Formerly of 22-20s and brother of Supergrass frontman Gaz Coombes, multi-instrumental singer/songwriter Charly Coombes has a wealth of musical knowledge and experience at his fingertips. With two solo albums already to his name, the folk rock of No Shelter and the interstellar soundscapes of Black Moon, his upcoming third album RUN sees him now exploring 80s synth vibes with new-found drive and confidence. I had a chat with Charly about the new record ahead of its release:
Thanks for your time! You’re releasing your new album RUN at the end of the month, are you happy with the way it has turned out?
Absolutely! My second album Black Moon came quite naturally, I already had a lot of the ideas in my head as to how it should sound and the concepts behind the lyrics. With RUN I really wanted to challenge myself and I never knew which way the album would turn, but the beauty of recording most of the album in my home studio has been that freedom to really explore those ideas, sounds and concepts. The end result has got a lot of my heart and soul in it.
The album has a very synth heavy, 80s vibe. Who were your biggest influences in creating that sound?
I still wanted something modern and fresh, for years I’ve loved bands like MGMT and Tame Impala, but in reality the influences behind that side of the album came from a lot of 1980’s soundtracks mixed with some of the awesome, if somewhat dodgy, pop from the mid 1980’s. I grew up with a lot of those sounds and revisiting them for RUN was quite a personal choice and one that I’m really happy with. There’s a lot of ugliness from that era but it can also be a really compelling and beautiful sound. Things like John Carpenter’s soundtracks, The Cars, Ultravox and a little nudge from last year’s Stranger Things.
With all the electronic elements at work, RUN is worlds apart from your folky debut ‘No Shelter’. It sounds like two completely different artists. Do you see yourself exploring even more new genres in the future or have you found your niche and settled on a particular sound you want to pursue?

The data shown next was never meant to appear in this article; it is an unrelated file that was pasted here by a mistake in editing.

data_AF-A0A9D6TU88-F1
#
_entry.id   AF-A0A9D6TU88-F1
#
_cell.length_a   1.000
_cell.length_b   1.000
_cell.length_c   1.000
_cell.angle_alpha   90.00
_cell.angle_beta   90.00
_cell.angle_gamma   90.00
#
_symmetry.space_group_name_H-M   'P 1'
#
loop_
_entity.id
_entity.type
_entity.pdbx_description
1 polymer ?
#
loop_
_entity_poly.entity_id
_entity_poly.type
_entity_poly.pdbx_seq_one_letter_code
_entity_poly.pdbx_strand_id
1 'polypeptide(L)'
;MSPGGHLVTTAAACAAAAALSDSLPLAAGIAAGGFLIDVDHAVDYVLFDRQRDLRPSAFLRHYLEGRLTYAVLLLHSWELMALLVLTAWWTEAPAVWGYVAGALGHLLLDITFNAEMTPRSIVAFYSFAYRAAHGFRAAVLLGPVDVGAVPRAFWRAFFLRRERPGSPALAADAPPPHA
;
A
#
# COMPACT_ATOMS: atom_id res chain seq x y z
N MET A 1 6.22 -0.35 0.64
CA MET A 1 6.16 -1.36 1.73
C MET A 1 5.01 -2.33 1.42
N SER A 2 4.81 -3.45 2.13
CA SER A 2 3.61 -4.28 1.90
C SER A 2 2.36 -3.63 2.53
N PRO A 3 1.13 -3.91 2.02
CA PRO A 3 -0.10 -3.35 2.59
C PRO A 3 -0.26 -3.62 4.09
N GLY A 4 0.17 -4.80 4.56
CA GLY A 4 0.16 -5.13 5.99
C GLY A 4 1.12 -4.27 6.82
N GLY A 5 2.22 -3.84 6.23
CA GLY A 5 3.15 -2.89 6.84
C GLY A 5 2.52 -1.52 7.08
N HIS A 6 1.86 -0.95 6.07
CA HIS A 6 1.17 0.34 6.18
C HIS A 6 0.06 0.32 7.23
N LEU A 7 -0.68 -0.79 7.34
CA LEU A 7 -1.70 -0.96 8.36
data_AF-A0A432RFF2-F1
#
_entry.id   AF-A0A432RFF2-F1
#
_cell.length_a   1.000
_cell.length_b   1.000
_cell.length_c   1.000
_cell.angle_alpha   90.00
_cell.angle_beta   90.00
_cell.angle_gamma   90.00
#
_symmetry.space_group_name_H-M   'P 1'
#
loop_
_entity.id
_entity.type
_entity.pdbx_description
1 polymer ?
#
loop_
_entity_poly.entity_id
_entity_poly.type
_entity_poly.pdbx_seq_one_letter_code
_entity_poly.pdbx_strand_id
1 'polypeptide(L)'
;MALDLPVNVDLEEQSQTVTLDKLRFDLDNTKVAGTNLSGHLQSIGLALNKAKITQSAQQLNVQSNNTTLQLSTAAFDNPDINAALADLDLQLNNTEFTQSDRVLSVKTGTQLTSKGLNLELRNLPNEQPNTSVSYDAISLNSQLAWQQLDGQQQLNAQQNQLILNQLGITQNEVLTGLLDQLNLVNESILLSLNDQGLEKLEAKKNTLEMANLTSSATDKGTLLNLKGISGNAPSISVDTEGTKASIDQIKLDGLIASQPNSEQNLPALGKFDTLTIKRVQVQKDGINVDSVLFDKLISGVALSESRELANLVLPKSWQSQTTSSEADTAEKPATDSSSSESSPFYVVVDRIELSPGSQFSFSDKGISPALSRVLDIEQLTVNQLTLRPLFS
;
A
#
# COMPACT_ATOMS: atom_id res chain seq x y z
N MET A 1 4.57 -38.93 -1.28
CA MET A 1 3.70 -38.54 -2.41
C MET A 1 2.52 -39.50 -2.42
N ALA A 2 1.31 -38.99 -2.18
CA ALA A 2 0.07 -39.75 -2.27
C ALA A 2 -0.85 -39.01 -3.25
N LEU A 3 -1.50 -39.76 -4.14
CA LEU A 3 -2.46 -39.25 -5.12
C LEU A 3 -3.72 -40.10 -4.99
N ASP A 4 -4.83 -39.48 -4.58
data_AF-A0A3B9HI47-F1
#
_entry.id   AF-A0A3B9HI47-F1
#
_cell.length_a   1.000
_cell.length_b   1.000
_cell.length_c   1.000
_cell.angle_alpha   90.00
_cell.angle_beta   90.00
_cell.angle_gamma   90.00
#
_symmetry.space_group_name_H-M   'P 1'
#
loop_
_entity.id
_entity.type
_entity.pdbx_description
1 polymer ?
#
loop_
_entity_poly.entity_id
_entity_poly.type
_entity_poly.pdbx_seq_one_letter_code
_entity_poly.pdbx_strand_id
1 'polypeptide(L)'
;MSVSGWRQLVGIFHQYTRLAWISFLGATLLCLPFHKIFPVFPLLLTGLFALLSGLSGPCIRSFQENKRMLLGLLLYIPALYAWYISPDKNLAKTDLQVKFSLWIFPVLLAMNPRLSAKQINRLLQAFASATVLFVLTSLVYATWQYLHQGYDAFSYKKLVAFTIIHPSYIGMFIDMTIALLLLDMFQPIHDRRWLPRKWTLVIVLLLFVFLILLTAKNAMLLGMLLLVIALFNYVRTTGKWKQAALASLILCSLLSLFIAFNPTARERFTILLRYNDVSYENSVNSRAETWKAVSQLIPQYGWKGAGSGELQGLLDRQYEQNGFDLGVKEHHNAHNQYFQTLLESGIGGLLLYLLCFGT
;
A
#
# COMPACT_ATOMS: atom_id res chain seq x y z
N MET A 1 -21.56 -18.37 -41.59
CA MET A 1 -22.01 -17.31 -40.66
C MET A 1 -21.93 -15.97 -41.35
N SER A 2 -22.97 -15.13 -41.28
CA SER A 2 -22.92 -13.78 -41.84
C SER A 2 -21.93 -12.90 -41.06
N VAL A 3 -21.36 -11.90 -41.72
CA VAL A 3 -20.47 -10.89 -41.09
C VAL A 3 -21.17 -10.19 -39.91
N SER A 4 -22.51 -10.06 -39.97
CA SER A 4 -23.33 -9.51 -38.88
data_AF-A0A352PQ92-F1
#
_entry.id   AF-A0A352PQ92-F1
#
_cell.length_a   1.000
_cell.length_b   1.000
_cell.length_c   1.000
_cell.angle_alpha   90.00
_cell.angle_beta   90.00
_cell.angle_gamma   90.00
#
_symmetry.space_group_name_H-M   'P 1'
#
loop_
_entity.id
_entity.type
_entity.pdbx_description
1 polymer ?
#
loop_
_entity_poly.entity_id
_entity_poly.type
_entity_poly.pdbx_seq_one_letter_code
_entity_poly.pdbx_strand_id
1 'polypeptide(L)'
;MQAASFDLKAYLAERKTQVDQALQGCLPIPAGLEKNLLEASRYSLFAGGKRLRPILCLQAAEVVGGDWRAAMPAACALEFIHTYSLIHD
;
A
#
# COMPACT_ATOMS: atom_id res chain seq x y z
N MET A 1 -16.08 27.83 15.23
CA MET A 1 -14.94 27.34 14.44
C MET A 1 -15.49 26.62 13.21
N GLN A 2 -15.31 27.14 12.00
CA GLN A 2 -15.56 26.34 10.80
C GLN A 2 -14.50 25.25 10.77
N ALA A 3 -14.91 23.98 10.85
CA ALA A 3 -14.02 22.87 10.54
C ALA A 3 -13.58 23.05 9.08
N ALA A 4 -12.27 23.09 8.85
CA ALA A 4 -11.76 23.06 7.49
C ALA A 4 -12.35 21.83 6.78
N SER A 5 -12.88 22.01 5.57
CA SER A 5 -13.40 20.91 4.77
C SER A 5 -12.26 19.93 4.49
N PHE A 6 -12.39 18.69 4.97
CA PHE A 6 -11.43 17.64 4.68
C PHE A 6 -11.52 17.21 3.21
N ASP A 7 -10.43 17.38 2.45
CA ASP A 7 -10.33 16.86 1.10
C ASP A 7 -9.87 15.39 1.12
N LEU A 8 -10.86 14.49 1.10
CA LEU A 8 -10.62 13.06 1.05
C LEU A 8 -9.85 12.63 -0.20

As a songwriter, I’ve always loved turning the tables on whatever the last album was and going in a different direction. But I can’t say for sure. When the time comes to record the next album I’ll see what comes naturally and I’m sure the right sound will emerge, whether it will be the same as RUN or some kind of Reggae Death Metal fusion!
You recorded the album in Brazil, where you’ve been living for the past couple of years. What is it that drew you there and what effect do you think your new surroundings had on the music?
I’ve wanted to live in Sao Paulo for a few years, my wife is from Brazil and it was always a plan of ours to make the move out here. But it also had a big impact on my writing. As well as discovering a whole new world of Brazilian music and culture, the transformation from a quiet village life to the intense vibe in Sao Paulo has fuelled my creative process in many ways. That’s kind of how RUN came about, I felt drawn to explore concepts influenced by the noise and the chaos around me.
I’d like to look back at your previous album Black Moon for a moment. That record was very conceptual and followed a theme of space exploration. Where did that idea come from?
I’ve always been a huge fan of NASA, space exploration and science fiction. During the writing process for Black Moon I had a lot of ideas and sessions for the album that were not yet fully formed and without lyrics. Every time I listened to those ideas, I would close my eyes and I kept coming back to that theme; even before the lyrics were written I was imagining a kind of soundtrack to space travel. The fact that I have always been fascinated with those stories made it easy for the album to take shape.
While Black Moon was more about theme and storytelling, RUN feels a lot more dark and personal lyrically. What sort of frame of mind did these songs originate from?
Although there are a lot of personal and autobiographical moments on the album, it’s really a reflection of what I see around me in all walks of life. Songs about health, obsession, death and corruption happened because those were the recurring themes at that time – 2016 seemed to be a really unstable and tough year for everyone. But there’s a sense of strength and hope that can come from desperate times and that’s the message I wanted on the album.
Is there a particular track, or moment within a track, that you would say you are most proud of on this new record?
There’s a track called ‘Moving Lines’ which for a long time was only about a minute long. Just before the album was finished I sat down and out of nowhere came this brand new second part to the track, it was finished in about 10 minutes; and it really reminds me of those kind of action montages in films from the 1980’s, a little bit like some of those moments in Commando or Rocky. It made me laugh a little, but I absolutely love it.
After the album release what do you have planned for the rest of the year?
I’ll be taking ‘RUN’ on the road, mainly here in Brazil, but I also hope to get back to the UK to do some shows. But knowing me, I won’t be able to sit still for very long, and it’ll be time to start the fourth album!
Massive thanks to Charly! His new album RUN is out 24th March.